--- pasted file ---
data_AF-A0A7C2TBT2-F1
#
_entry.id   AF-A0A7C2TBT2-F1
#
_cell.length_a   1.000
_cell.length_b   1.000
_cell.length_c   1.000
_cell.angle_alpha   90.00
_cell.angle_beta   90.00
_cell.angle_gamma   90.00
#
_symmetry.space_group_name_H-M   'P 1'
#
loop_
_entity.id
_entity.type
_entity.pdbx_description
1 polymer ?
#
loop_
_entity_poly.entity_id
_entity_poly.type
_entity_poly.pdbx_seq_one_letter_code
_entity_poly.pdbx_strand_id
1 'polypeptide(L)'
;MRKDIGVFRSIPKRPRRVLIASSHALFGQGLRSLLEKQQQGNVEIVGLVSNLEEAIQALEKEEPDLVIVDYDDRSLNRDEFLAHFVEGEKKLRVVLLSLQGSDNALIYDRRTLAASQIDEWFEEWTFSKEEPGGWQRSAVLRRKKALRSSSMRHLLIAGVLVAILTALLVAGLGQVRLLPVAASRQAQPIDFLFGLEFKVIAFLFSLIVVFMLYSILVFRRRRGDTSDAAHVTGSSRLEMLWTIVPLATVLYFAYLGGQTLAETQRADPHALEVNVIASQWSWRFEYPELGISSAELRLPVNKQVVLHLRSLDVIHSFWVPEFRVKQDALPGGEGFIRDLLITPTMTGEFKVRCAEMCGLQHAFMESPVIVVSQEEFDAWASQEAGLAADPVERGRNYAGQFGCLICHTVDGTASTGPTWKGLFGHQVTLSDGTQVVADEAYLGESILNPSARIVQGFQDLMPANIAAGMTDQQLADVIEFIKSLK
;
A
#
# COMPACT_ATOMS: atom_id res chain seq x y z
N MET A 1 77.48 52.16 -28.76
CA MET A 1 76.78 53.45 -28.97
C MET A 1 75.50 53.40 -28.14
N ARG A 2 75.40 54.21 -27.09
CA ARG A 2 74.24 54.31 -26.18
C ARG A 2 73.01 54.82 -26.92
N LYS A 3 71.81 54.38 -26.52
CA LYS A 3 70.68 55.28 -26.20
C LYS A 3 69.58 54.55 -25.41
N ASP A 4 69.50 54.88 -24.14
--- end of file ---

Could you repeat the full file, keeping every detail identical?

data_AF-A0A7C2TBT2-F1
#
_entry.id   AF-A0A7C2TBT2-F1
#
_cell.length_a   1.000
_cell.length_b   1.000
_cell.length_c   1.000
_cell.angle_alpha   90.00
_cell.angle_beta   90.00
_cell.angle_gamma   90.00
#
_symmetry.space_group_name_H-M   'P 1'
#
loop_
_entity.id
_entity.type
_entity.pdbx_description
1 polymer ?
#
loop_
_entity_poly.entity_id
_entity_poly.type
_entity_poly.pdbx_seq_one_letter_code
_entity_poly.pdbx_strand_id
1 'polypeptide(L)'
;MRKDIGVFRSIPKRPRRVLIASSHALFGQGLRSLLEKQQQGNVEIVGLVSNLEEAIQALEKEEPDLVIVDYDDRSLNRDEFLAHFVEGEKKLRVVLLSLQGSDNALIYDRRTLAASQIDEWFEEWTFSKEEPGGWQRSAVLRRKKALRSSSMRHLLIAGVLVAILTALLVAGLGQVRLLPVAASRQAQPIDFLFGLEFKVIAFLFSLIVVFMLYSILVFRRRRGDTSDAAHVTGSSRLEMLWTIVPLATVLYFAYLGGQTLAETQRADPHALEVNVIASQWSWRFEYPELGISSAELRLPVNKQVVLHLRSLDVIHSFWVPEFRVKQDALPGGEGFIRDLLITPTMTGEFKVRCAEMCGLQHAFMESPVIVVSQEEFDAWASQEAGLAADPVERGRNYAGQFGCLICHTVDGTASTGPTWKGLFGHQVTLSDGTQVVADEAYLGESILNPSARIVQGFQDLMPANIAAGMTDQQLADVIEFIKSLK
;
A
#
# COMPACT_ATOMS: atom_id res chain seq x y z
N MET A 1 77.48 52.16 -28.76
CA MET A 1 76.78 53.45 -28.97
C MET A 1 75.50 53.40 -28.14
N ARG A 2 75.40 54.21 -27.09
CA ARG A 2 74.24 54.31 -26.18
C ARG A 2 73.01 54.82 -26.92
N LYS A 3 71.81 54.38 -26.52
CA LYS A 3 70.68 55.28 -26.20
C LYS A 3 69.58 54.55 -25.41
N ASP A 4 69.50 54.88 -24.14